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Dexter's Final Cut: Dexter Morgan (7) Paperback – June 3, 2014
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"Lindsay just keeps getting better. His stories are wonderfully fresh." --USA Today
"One of the most likable vigilante serial killers in recent thriller literature."--The New Yorker
"Gory? Yes. Appalling? Absolutely! Funny? Amazingly so!"--Los Angeles Times
"Totally captivating. . . . Totally original. The characters are beautifully drawn, particularly Dexter, who is tremendously likable, his hobby notwithstanding."--St. Petersburg Times
"Maybe the first serial killer who unabashedly solicits our love."—Entertainment Weekly
"The real appeal of this macabre tour-de-force is Dexter's sardonic voice, so snappy and smart, and yet so full of self-loathing that we hate ourselves for laughing."—The New York Times Book Review
"It's like very little else you've read. Imagine if Hannibal Lecter starred in CSI: Miami instead of David Caruso, and you're halfway there.”—Time
"Just when you think (hope?) that the tired and rarely credible device of the serial killer next door has hit a wall, along comes a writer like Jeff Lindsay to prove you wrong." –Chicago Tribune
"An entertaining, funny series that draws us in and makes us root, almost against our will, for a ruthless, yet appealing killer." --The South Florida Sun-Sentinel
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Top Customer Reviews
In Dexter's Final Cut, Dexter becomes a whining, self-indulgent anti-hero who does not go through a ritual kill and instead moons after a movie star because she's not as old (or at least, old-looking) as Rita. The plot is predictable, and there are multiple story lines opened without a close (why do Jackie and Robert hate each other that much? What is the point of Renny's shadow? What happened to Cody and Lily Ann? Where did Doakes go?). All in all, I enjoyed the book enough to finish it, but it's not something I'll probably read again.
I enjoyed the book with some caveats and one major flaw. Dexter shows a wanderlust that cripples his other abilities which makes no sense. Dexter and Debra are assigned to be technical advisers to a crime drama set in Miami and when a killer shows up stalking the female lead, Dexter is assigned to be her bodyguard and perhaps a bit more. The writing will be familiar and somewhat satisfying as he goes about his ritual of stalking the killer, yet the interaction between his charge and he leaves him outside of his comfort zone, dumbing down his senses to the point that the reader will shake the book in fury trying to wake up their favorite character into action instead of idle thinking.
Cody, Astor, and Rita make appearances throughout the book annoying Dexter and this reader to the point where I wished Dexter would just kill all three of them to silence their whining. There is only so much a reader can take of the same message delivered 75 different ways.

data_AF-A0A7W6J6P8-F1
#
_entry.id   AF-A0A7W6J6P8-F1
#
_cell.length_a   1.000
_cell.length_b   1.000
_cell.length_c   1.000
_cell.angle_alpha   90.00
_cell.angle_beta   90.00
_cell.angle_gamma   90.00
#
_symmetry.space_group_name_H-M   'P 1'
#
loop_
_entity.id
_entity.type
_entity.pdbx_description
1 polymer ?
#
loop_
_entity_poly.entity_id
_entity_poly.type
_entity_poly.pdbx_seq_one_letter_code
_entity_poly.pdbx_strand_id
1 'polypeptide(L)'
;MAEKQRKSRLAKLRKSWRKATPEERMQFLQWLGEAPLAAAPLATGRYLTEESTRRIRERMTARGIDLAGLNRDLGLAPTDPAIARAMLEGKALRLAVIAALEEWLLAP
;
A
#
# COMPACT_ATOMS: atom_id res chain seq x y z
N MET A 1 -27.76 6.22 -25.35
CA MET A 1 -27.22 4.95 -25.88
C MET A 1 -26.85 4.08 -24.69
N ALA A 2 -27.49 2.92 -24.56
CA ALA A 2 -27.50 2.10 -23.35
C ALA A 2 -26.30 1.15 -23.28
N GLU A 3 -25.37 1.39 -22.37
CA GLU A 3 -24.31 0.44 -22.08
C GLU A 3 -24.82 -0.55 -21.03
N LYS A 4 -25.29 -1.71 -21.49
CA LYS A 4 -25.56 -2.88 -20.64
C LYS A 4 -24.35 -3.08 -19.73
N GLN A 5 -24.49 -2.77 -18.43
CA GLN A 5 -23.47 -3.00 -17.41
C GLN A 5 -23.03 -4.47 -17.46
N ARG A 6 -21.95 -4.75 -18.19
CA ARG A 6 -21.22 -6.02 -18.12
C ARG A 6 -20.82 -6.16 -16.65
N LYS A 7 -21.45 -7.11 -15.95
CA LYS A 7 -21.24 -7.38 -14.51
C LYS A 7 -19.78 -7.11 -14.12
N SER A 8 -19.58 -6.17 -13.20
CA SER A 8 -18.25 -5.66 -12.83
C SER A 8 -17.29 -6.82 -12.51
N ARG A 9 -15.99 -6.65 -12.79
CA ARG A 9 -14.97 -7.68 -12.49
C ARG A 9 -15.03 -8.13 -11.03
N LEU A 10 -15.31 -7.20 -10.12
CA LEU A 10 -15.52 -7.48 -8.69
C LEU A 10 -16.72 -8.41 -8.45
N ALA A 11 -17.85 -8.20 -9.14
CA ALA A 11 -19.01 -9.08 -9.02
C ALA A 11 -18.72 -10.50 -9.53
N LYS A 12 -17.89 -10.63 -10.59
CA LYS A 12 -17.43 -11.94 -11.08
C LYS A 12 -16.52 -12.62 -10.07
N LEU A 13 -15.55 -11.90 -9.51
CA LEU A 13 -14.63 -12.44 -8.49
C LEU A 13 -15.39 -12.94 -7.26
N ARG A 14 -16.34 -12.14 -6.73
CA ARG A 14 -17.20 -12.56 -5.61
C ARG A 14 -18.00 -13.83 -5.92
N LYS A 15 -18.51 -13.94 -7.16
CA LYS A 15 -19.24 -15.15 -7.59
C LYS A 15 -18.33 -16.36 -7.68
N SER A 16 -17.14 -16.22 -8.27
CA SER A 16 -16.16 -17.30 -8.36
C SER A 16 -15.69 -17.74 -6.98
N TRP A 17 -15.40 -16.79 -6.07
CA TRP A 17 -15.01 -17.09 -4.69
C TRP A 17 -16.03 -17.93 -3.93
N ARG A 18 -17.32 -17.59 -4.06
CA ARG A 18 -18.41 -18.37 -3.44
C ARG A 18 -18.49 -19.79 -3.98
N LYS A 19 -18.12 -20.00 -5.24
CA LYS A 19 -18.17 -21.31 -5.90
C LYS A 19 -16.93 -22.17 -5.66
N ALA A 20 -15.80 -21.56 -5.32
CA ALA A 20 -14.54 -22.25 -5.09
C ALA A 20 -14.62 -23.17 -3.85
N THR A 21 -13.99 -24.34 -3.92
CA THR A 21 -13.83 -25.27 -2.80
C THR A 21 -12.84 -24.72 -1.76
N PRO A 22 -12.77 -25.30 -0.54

The end of this book left me angry as the implausibility of the events that takes place ruins the entire reading experience. When you get to the last 20 pages it invalidates the whole novel as Lindsay's editor whispered in his ear to wrap it up and dump the other pages in the Atlantic. I can guarantee any true fan of Dexter will marvel at the disgust they will feel upon putting the book down. If there is another book forthcoming I will be skipping it as the best was written 10 years ago and the magic hasn't been recaptured since.
What we have here is a bored family man who realizes that there is more to life than what he has settled for. Dexter somehow morphs into a (somewhat) normal human male who becomes emotionally and sexually involved with a glamorous movie star. Good heavens! How could this happen? Who wouldn't be absolutely "over the rainbow" happy with such a lovely family? Rita the Rattled. Angry and Annoying Astor. Cold and Calculating Cody. And the Lovely Lilly Anne. And let's not forget the Dark Passsenger, a singular character who appears to be napping through most of this story.
The most interesting aspect of this new installment is the skillful handling of the maturing 11 year old Astor who is entering puberty while also nurturing her own Dark Passenger. It is hard enough for a preteen to enter her major formative years without also having to adjust to the growth and blossoming of a deadly presence within her. This appears to be just a taste of what is to come. Bring it!
Let's hope that Dumb Disillusioned Dexter returns to his original devious and dangerous self. He is loveable in his own curious way but is way out of character in this iteration.
Most Recent Customer Reviews
I've read all these up to here and found this one a page turner. Who's we've been let into Dexter's dark places, these stories were witty and sometimes rather safe and a bit... Read morePublished 12 days ago by Roddy Dryer
Dexter in love? This is s far cry from the greatness of the other Dexter books. His wit and charm still remain but he becomes a school boy in love which is almost too much to take... Read morePublished 1 month ago by Amazon Customer
I found Final Cut to be a lot better than Double! The last one was 90% dexter talking to himself 10% the actual "case" Dex is working on. Read morePublished 1 month ago by Jonathan
I have to agree with previous reviewers complaining about the sudden emotions of Dexter. If he had been shown to slowly develop some over the last book or two things would be... Read morePublished 2 months ago by Will Jones
If books could 'jump the shark' the way tv shows do, I'd say that happened in the last book, with the actual shark. This book is completely out of character for Dexter. Read morePublished 2 months ago by PoliticalRevolution
The plot of this book took the reader into new territory, the fun of watching Dexter struggle fits nicely into the theme of all the books.Published 3 months ago by Peter J. Stidd